So of course God would choose a lamb to shepherd the people instead of a person to shepherd the lambs. Of course the blood of hardship and loss would cleanse rather than stain. Of course the ones who are the most alive, worshiping in the very presence of God, would be the dead who have passed through tribulation.

There they are together, drawn from different places and different times, forming one great choir as if they have been singing together all along. While some are unfamiliar, some have seen each other before, heard each other’s voices before, blended harmonies together before. They sing together now as if no time has past at all, everything very familiar, very natural. And yet it is as if eons have past, as if they are visiting a faint shadow in distant memory, a completely different world, long forgotten.

Who are these people? Where do they come from? They are all of the saints of God, each of whom have faced their own trials in their own times, and yet they are mystically joined and rejoined together, singing the same song, with such authenticity, it is as if each one had written it themselves. And while they represent the full diversity of humanity, they are dressed in simple white robes, each one the same. Though they had faced adversity in the world, they now rest together in God’s protection and compassion. No more hunger, no more thirst, every tear is wiped away. And all voices are raised together to sing, “Blessing and glory and wisdom and thanksgiving and honor and power and strength be to our God, for eons of eons. Everything to you, O God. Everything to you. Amen.”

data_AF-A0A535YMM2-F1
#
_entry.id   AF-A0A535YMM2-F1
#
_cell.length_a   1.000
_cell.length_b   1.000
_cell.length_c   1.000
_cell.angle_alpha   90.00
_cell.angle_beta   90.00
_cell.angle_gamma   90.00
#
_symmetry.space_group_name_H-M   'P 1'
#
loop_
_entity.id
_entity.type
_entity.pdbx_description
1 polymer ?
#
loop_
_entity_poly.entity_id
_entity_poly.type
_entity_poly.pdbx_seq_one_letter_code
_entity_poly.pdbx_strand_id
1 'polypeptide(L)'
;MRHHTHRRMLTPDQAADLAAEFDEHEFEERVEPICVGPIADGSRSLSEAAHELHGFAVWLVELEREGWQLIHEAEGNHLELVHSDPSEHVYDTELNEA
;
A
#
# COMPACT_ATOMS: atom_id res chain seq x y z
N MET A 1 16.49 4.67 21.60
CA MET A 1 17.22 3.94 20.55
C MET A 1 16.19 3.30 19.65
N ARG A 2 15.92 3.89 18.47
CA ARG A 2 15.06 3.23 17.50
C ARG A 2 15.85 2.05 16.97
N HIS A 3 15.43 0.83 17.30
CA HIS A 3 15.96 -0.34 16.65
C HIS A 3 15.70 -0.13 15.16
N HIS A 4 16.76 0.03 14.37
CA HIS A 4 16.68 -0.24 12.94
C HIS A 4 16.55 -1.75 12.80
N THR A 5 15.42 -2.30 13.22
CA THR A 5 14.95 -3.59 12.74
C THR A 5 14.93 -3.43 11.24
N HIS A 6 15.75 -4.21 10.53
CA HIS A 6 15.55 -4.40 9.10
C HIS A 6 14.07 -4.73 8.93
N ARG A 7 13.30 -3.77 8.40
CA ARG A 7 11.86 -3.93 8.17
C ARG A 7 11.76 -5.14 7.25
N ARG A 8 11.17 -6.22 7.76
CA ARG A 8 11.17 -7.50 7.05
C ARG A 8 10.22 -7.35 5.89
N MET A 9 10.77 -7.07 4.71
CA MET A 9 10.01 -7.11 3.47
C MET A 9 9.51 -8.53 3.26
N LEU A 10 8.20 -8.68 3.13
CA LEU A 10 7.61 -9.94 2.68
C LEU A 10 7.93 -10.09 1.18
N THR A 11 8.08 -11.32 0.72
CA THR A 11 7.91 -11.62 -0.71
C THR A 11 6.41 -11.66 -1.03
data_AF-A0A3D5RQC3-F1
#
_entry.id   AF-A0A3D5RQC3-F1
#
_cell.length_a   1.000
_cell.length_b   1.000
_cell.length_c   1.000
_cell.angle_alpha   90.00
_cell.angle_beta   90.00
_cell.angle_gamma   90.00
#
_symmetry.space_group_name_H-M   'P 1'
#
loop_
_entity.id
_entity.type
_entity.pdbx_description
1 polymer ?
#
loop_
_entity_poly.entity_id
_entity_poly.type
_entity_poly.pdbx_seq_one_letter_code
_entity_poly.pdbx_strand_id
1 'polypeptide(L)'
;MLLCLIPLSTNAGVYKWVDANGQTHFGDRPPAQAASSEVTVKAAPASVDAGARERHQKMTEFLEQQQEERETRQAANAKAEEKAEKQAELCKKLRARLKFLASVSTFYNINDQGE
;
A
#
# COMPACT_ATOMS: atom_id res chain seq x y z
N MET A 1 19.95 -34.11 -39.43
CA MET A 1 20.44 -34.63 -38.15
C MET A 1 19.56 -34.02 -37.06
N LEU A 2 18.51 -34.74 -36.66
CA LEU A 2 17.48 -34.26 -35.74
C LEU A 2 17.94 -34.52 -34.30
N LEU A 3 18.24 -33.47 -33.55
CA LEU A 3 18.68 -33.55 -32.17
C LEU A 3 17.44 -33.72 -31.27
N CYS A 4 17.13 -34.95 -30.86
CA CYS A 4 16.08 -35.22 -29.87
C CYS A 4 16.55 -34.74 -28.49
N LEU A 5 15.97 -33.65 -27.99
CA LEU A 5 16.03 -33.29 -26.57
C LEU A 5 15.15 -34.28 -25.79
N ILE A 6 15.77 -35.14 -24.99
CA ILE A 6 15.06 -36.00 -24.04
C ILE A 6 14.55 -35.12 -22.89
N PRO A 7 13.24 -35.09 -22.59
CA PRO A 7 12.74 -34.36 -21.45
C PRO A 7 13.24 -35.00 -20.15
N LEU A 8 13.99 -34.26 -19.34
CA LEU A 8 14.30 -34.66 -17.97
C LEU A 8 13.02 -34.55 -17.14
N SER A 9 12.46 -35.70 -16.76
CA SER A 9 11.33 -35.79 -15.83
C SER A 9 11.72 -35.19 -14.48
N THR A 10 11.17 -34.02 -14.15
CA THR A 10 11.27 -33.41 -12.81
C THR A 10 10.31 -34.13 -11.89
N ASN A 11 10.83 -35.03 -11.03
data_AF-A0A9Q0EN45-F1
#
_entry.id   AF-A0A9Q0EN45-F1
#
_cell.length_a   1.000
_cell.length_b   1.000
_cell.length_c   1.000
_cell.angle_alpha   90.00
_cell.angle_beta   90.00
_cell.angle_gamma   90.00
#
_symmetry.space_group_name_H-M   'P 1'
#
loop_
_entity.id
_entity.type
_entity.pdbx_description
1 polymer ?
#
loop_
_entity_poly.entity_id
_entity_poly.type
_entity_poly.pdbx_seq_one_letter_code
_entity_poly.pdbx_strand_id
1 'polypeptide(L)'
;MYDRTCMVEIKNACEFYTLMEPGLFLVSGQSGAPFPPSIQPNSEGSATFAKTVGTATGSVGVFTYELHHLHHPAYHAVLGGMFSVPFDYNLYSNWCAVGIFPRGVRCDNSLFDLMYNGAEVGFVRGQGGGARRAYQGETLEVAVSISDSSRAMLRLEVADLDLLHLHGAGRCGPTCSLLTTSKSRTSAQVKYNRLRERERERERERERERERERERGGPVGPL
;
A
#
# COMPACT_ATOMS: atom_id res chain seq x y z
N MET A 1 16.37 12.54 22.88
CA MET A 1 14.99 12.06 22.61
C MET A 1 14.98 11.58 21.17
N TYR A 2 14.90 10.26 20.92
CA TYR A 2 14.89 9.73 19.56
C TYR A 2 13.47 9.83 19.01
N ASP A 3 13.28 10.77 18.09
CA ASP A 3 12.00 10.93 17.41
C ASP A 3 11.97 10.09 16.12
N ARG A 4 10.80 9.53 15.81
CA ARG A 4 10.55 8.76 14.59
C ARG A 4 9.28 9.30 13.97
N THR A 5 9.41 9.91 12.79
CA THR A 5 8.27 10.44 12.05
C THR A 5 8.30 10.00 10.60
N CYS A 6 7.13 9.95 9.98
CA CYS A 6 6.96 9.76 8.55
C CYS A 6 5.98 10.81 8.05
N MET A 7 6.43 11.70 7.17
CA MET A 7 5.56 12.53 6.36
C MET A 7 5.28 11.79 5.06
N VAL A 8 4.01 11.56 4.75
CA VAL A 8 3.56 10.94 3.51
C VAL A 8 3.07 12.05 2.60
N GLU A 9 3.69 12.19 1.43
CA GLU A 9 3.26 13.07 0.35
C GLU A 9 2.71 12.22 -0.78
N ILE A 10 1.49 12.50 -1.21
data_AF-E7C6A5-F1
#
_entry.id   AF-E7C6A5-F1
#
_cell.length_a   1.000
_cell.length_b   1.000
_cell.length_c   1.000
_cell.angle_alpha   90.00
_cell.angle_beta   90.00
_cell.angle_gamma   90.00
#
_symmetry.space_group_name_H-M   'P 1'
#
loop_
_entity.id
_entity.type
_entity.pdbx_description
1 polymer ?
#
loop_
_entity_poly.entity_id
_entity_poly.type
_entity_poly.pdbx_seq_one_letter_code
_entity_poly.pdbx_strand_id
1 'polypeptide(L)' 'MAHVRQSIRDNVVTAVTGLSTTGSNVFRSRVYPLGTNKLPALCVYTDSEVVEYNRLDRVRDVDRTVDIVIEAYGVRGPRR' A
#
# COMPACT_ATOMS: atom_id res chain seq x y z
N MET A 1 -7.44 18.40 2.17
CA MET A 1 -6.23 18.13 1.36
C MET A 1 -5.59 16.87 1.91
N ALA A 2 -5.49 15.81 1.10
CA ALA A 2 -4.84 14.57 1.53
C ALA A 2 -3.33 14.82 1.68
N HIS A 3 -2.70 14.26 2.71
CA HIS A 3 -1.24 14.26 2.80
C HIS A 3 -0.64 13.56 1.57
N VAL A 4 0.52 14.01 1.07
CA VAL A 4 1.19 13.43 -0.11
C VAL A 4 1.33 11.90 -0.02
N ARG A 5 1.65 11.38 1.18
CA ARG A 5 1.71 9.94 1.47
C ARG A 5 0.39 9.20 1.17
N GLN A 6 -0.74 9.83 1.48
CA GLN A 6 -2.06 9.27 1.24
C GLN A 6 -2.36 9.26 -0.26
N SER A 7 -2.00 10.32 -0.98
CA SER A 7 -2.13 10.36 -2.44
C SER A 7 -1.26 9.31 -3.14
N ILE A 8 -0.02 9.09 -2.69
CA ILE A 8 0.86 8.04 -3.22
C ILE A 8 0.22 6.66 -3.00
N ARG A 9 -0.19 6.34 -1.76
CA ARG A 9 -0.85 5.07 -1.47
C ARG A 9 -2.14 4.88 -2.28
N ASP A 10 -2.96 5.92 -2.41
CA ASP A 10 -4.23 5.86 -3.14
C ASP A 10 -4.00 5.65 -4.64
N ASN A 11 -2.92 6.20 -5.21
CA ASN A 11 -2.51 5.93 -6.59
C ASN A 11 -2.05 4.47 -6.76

And today with lift up our voices to join in the song. We join our voices with angels and archangels, with saints and martyrs, with prophets and workers for justice. We blend ourselves with the harmonies of the heavenly choir, remembering what has gone before us, giving thanks for what is yet to come, and giving praise to the one who sits upon the throne and to the lamb. Until we are all united together in that celestial choir, where it will feel as if no time has past at all, everything familiar, natural. And yet also as if eons have past, as if we are visiting a faint shadow in distant memory, a completely different world. Thanks be to God.

Sermon: Treated As Righteous by Faith

Sunday 29 October 2017
Reformation Sunday

Romans 3:19-28